Learn something new every day
More Info... by email
Choosing the right dog bandage largely depends on the type of wound your dog has. Adhesive bandages are not usually recommended for dogs, because of their fur. Gauze pads can be used to help control bleeding and keep the wound closed. Rolled gauze, a self-adhesive bandage, or an elastic bandage can be used to hold a gauze pad in place or immobilize a limb, and a many-tailed bandage is an excellent option to bandage wounds on the abdomen or neck. Liquid bandage can also be used for small wounds, such as scratches.
Although adhesive bandages are popular for humans, they are not typically recommended for use on animals. Since dogs have fur, these bandages stick to the fur instead of the skin. This will usually limit the effectiveness of the bandage and make it hard to remove.
In dog first aid, a gauze pad is a useful dog bandage. By pressing it to the wound, you can use a gauze pad to help stop the bleeding in scratches, cuts, and abrasions. It can also be secured to a healing wound on a dog to keep the wound clean. This can help prevent infection as well as keep the dog from reopening the wound. Different sizes of gauze pads are available, depending on the size of the wound.
Rolled gauze can also be used as a dog bandage. This type of bandage can be used alone or to hold a gauze pad in place, especially one covering a wound on a limb or the head. The gauze pad can be placed on the wound, and the rolled gauze can be wrapped around the limb or head to hold it in place. It can either be tied or secured with tape to keep it in place.
A self-adhesive bandage, however, is usually a better option to hold a dog bandage in place. This type of bandage is usually elastic. It also requires no tape or fasteners, since it sticks to itself as it overlaps, but it does not stick to a dog's fur.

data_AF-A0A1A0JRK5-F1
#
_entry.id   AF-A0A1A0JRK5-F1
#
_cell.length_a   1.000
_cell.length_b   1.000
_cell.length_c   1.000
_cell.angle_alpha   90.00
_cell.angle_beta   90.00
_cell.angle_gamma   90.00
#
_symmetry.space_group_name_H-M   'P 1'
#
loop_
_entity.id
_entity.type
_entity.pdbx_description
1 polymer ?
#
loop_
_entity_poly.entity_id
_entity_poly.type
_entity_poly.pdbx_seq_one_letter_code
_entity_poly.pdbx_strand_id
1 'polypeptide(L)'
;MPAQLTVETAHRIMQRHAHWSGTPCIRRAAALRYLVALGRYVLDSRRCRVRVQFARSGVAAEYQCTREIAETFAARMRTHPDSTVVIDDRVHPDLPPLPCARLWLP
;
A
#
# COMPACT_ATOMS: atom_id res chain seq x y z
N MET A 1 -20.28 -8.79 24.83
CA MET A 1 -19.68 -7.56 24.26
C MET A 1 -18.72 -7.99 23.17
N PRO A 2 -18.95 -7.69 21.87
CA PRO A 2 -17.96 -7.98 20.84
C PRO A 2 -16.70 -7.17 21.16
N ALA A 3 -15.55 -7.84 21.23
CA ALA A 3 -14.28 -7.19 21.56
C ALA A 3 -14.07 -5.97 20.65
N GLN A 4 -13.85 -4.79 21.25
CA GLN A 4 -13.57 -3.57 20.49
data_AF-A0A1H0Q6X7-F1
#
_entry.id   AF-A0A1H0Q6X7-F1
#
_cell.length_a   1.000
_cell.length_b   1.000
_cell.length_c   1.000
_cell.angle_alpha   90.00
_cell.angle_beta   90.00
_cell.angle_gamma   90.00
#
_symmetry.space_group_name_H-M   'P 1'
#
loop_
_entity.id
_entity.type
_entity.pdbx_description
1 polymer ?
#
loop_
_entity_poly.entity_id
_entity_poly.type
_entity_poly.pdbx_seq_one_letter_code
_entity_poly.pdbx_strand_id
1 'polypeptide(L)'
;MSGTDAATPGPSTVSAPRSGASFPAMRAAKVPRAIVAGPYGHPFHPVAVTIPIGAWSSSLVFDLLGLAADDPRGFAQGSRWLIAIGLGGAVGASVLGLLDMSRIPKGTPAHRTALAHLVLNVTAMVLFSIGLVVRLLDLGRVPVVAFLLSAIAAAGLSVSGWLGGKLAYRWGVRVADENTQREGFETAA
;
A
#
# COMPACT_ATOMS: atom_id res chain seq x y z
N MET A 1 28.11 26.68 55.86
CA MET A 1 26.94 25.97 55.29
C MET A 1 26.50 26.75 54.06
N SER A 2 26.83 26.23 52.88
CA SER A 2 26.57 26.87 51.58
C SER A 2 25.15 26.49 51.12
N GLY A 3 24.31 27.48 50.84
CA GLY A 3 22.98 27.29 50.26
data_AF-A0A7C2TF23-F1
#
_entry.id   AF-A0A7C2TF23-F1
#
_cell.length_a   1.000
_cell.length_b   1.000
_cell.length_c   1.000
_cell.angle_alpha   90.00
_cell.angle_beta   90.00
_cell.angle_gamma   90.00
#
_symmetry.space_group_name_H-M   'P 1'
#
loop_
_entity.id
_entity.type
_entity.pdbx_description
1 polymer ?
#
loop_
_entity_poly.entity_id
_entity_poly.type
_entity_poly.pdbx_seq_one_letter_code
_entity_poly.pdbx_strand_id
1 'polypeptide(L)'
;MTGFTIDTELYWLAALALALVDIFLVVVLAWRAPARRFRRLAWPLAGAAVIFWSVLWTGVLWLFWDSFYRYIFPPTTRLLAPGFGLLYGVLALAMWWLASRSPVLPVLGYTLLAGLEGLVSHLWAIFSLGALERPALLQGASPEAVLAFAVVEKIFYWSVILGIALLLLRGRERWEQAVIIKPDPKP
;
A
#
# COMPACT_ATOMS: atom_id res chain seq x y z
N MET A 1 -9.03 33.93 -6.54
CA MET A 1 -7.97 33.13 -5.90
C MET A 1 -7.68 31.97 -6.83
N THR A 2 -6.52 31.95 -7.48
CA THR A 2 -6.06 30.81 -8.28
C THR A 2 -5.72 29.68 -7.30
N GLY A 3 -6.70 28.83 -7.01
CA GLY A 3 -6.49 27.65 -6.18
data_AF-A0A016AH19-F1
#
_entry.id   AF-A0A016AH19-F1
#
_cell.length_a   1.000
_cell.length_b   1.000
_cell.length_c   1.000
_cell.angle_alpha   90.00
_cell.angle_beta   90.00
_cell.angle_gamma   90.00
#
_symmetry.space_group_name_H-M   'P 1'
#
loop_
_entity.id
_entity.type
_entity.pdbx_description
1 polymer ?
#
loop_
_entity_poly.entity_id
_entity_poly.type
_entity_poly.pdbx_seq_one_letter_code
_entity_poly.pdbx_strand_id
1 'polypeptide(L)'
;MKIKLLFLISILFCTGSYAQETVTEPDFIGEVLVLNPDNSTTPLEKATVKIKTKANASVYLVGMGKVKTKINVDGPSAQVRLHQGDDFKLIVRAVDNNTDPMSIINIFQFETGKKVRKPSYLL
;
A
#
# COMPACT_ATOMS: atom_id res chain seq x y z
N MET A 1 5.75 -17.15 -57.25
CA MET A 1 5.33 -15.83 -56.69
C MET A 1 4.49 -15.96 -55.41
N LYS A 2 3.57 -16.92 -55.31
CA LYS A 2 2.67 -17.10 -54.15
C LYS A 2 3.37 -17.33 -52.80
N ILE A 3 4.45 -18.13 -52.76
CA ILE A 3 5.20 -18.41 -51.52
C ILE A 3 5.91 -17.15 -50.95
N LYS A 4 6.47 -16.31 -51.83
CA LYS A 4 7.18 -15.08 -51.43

An elastic bandage can also be used as a dog bandage. Along with keeping a gauze pad in place, an elastic bandage can be used to compress an injured area. This will help reduce swelling. Most elastic bandages are usually secured with Velcro® or metal clips.
Like other animals, dogs can also break bones. When they do, it is important to immobilize the bone, until the animal can be taken to a veterinarian. To immobilize a broken bone in a dog, such as a leg or tail, a stick should be gently placed against it. Rolled gauze, a self-adhesive bandage, or an elastic bandage can then be wrapped around it to hold it in place.
Wounds on the abdomen or neck can be difficult to bandage. A many-tailed dog bandage is usually best to bandage a wound that is on one of these areas. This rectangular bandage has ends cut into strips, or tails. It can be wrapped around the abdomen or neck, and the tails can then be tied together to hold it in place.
Small wounds, such as minor scratches, also usually need to be covered to prevent infection. For these wounds, you can use a liquid dog bandage. This substance is typically brushed onto the wound and allowed to dry. This forms a protective waterproof cover over the wound.
@Logicfest -- the plastic cone is called an Elizabethan collar and is the standard device used to keep dogs from chewing on bandages, casts, etc. As you pointed out, that didn't work in your case.
There are alternatives that are well worth trying, Treating the bandage with something bitter such as a substance called sour apple (available at your local pet store) has proven successful. Dogs hate the taste of it and that deters them from chewing.
A word of caution, though. You need to check with a vet before you use such a substance to see if it could harm the dog. If you are dealing with a bandage, whatever you use to prevent the dog from chewing could soak through the bandage and might infect the wound or delay its healing. That's not as much of a concern with a cast, but certainly something to keep in mind with a soft, absorbent bandage.
But there is a major problem with a dog bandage -- how do you keep them from chewing on them until they are destroyed. Had a dog with a broken leg once and he chewed through three casts before we gave up and quit taking him to the vet (that gets expensive in a hurry). The vet put one of those plastic cones on his head to prevent the chewing, but that didn't work as he could still reach his hind leg and chew like crazy. The leg never did heal correctly.
What should we have done to prevent the dog from destroying his casts?
One of our editors will review your suggestion and make changes if warranted. Note that depending on the number of suggestions we receive, this can take anywhere from a few hours to a few days. Thank you for helping to improve wiseGEEK!